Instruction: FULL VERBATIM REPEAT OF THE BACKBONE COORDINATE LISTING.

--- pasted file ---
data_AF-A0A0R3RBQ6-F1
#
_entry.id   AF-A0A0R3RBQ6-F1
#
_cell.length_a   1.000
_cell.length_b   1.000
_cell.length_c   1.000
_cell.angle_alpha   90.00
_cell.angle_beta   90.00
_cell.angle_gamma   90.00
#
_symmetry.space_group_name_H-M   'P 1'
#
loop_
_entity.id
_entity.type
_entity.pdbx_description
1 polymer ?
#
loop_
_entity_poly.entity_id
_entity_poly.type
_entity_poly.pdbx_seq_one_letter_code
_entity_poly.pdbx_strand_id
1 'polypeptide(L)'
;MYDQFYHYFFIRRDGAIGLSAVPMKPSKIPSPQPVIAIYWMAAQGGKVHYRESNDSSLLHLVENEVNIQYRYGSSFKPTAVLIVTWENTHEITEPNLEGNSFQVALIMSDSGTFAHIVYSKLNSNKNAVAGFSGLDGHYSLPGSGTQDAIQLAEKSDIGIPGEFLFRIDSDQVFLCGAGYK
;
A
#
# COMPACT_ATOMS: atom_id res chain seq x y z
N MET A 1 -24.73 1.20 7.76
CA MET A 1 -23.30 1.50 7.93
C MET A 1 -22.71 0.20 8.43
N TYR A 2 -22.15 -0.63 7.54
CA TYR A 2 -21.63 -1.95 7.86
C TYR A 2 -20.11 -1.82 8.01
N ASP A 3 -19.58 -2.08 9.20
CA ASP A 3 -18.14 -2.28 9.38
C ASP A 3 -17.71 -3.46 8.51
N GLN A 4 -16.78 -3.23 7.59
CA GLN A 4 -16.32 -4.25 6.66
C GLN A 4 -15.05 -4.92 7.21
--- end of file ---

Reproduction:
data_AF-A0A0R3RBQ6-F1
#
_entry.id   AF-A0A0R3RBQ6-F1
#
_cell.length_a   1.000
_cell.length_b   1.000
_cell.length_c   1.000
_cell.angle_alpha   90.00
_cell.angle_beta   90.00
_cell.angle_gamma   90.00
#
_symmetry.space_group_name_H-M   'P 1'
#
loop_
_entity.id
_entity.type
_entity.pdbx_description
1 polymer ?
#
loop_
_entity_poly.entity_id
_entity_poly.type
_entity_poly.pdbx_seq_one_letter_code
_entity_poly.pdbx_strand_id
1 'polypeptide(L)'
;MYDQFYHYFFIRRDGAIGLSAVPMKPSKIPSPQPVIAIYWMAAQGGKVHYRESNDSSLLHLVENEVNIQYRYGSSFKPTAVLIVTWENTHEITEPNLEGNSFQVALIMSDSGTFAHIVYSKLNSNKNAVAGFSGLDGHYSLPGSGTQDAIQLAEKSDIGIPGEFLFRIDSDQVFLCGAGYK
;
A
#
# COMPACT_ATOMS: atom_id res chain seq x y z
N MET A 1 -24.73 1.20 7.76
CA MET A 1 -23.30 1.50 7.93
C MET A 1 -22.71 0.20 8.43
N TYR A 2 -22.15 -0.63 7.54
CA TYR A 2 -21.63 -1.95 7.86
C TYR A 2 -20.11 -1.82 8.01
N ASP A 3 -19.58 -2.08 9.20
CA ASP A 3 -18.14 -2.28 9.38
C ASP A 3 -17.71 -3.46 8.51
N GLN A 4 -16.78 -3.23 7.59
CA GLN A 4 -16.32 -4.25 6.66
C GLN A 4 -15.05 -4.92 7.21